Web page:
While some view Valentine's Day celebrations as un-Cambodian, the
younger generation embraces the occasion through buying gifts and
spending time with their loved ones.
Floral Express on Sihanouk Boulevard.
Where's the love this Valentine's Day? Apparently, not at Phnom Penh's Bak Touk High School, where director Sok Sovanna tells the Post he's imposed a "love-free" zone during what he calls a very un-Cambodian holiday.
"I don't support Cambodian youth celebrating Valentine's Day because it is not a part of Khmer culture, such as Khmer New Year or P'chum Ben," Sok Sovanna said.
"This is part of Western culture that makes our young people overwhelmed with joy and leads them to forget about their studies."
However, the adamant director acknowledged that his authority on this point does not extend beyond school grounds.
"I don't care if [students] celebrate outside school by giving gifts to loved ones. But if I see students doing such things in my school, I will re-educate them not to show their romantic love here," he said.
Sok Sovanna's "Cupid crackdown" could have an unintended economic impact.
Flower-sellers have done a brisk trade in recent years by setting up stalls near high schools and other areas where students gather. They may find business slow anywhere near Bak Touk High School.
If we celebrate in a good way, it will not have a negative impact on our tradition.
"At my school, there will be no flower-selling inside or outside. This is our rule to enforce discipline among our students," he said.
Resistance to the holiday is not simply a matter of enforcing parochial discipline but preserving national culture, Miech Ponn, an adviser to the Mores and Customs Commission within the Buddhist Institute, told the Post.
Miech Ponn challenged the capital's love-crazed youth to consider whether their culture will be lost as more young people become enamoured with Western traditions.
"I do not know how they celebrate Valentine's Day in Western countries, but the way we bring in their culture into Cambodia is too overwhelming," Miech Ponn said.
"We seem to bring in outside culture to destroy our own. I think many Cambodians just don't understand their own traditions very well."
If they did, he added, they would find little need to look towards the West.
"Valentine's Day means a loving day. We already have this in Cambodia. It's P'chum Ben and Khmer New Year, during which children and young people show their respect and love, and they make amends to anyone they have wronged. This is our traditional way of showing we love each other," Miech Ponn said.
"I understand globalisation, but if we bring such culture in, why do other countries not take some of our culture back with them? In the end, we expand their culture by forgetting our own," he added.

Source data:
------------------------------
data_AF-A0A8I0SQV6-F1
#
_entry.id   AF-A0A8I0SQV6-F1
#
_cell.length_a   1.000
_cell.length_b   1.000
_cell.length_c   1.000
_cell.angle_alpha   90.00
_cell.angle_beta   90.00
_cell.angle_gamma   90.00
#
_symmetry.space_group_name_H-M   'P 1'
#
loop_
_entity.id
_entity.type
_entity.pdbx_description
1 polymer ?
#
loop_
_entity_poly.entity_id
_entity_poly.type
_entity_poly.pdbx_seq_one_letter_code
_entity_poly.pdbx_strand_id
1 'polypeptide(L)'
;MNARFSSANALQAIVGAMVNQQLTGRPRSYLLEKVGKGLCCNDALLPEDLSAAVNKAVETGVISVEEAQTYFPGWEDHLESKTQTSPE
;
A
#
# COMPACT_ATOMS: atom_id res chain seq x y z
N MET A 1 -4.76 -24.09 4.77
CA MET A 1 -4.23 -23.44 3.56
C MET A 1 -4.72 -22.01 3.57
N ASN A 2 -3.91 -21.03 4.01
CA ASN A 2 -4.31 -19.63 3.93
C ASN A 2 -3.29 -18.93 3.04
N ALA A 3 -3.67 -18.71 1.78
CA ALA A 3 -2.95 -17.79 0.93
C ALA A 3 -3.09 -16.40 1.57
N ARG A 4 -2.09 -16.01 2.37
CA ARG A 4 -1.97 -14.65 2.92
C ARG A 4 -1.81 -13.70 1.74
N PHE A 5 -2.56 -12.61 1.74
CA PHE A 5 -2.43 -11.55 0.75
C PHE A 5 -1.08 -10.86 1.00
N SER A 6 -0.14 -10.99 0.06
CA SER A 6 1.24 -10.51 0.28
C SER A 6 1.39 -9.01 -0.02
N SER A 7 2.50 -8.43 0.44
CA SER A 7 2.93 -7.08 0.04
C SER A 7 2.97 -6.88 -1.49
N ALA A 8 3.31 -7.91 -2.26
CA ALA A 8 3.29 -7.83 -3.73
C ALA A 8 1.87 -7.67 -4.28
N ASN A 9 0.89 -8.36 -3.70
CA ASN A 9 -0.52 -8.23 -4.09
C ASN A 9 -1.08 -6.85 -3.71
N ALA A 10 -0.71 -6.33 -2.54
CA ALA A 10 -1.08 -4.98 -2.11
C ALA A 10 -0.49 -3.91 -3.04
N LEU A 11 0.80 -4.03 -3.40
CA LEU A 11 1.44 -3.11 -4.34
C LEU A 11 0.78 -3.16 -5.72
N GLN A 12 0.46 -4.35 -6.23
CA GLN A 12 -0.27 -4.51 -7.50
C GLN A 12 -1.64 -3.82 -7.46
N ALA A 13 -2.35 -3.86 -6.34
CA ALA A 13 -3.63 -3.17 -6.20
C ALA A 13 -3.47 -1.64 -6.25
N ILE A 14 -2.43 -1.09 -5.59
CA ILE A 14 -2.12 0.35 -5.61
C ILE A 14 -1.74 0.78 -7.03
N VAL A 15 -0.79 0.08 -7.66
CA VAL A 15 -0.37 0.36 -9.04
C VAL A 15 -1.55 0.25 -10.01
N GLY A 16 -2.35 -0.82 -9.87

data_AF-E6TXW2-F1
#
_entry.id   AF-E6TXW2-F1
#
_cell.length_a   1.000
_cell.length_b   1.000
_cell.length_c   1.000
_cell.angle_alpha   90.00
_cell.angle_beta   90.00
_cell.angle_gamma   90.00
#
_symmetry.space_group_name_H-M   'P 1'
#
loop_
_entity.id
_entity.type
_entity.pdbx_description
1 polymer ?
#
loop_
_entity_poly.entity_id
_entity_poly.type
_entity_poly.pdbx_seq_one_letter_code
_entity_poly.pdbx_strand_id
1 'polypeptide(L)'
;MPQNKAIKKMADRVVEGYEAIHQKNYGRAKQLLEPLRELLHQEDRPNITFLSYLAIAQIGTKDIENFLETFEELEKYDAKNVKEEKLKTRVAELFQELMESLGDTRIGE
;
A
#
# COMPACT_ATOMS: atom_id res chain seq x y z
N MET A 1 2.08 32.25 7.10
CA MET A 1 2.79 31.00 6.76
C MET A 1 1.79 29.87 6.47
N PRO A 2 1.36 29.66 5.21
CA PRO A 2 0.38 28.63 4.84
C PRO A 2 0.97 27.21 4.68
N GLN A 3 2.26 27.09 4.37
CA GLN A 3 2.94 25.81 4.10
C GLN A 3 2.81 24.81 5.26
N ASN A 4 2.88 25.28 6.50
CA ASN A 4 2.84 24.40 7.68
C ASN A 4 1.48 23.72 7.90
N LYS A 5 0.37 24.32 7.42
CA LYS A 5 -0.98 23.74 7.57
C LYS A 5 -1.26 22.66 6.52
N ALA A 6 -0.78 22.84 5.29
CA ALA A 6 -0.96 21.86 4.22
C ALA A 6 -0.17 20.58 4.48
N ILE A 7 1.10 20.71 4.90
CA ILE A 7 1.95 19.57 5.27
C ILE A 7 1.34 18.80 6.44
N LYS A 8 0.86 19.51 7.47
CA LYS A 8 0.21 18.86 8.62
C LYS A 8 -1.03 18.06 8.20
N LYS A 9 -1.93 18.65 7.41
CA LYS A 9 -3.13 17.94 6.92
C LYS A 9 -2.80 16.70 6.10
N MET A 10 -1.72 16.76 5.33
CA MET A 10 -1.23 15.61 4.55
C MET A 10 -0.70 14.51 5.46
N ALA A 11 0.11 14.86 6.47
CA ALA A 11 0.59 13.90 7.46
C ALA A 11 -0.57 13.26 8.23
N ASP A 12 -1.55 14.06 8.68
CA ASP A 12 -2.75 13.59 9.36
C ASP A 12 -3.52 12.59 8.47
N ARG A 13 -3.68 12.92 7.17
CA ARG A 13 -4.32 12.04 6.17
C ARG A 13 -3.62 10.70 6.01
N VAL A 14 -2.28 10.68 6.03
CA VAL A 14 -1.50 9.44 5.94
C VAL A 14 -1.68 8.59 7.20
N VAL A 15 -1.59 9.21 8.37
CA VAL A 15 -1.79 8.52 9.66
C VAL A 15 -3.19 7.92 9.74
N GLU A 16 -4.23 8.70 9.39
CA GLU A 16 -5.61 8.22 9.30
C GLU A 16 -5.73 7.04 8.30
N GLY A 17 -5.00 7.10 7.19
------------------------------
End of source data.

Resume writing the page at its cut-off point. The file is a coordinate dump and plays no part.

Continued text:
Celebration of love
But on a day given over to the celebration of friendship and love, questions of tradition or even geo-cultural trends are the last things on young people's minds.
Sok Liya, 18, a student at Indradevi High School, has no boyfriend but plans to celebrate the day by going out to eat with her friends.
"Valentine's Day is good for people who have love and can spend time with their lovers. But even though I don't have a boyfriend, I will spend time with my classmates and have fun," she said.
However, she cautioned young women planning a romantic day with the men in their lives to think of their security.
"[Some men] think that they can do whatever they want," she said.
Sok Chamroeun, 23, a student at Sisowath High School, is preparing for his first Valentine's Day with his girlfriend. Part of those plans will include ditching his studies for the day and purchasing flowers and gifts for his true love.
"I think Valentine's Day is a special occasion for me because I will be able to tell my girlfriend about my honest heart and my feelings for her," Sok Chamroeun said.
He added a word of advice to those who might look down on the holiday or dismiss it as another example of young Cambodian people losing touch with their heritage.
"I know some people will use this holiday to behave badly and in a way that contradicts their culture. But for me, if we celebrate in a good way, it will not have a negative impact on our tradition," Sok Chamroeun said.
"I don't think Valentine's Day is a bad day, as some people say. On this day, all people - young and old - can celebrate together. We don't focus simply on youths."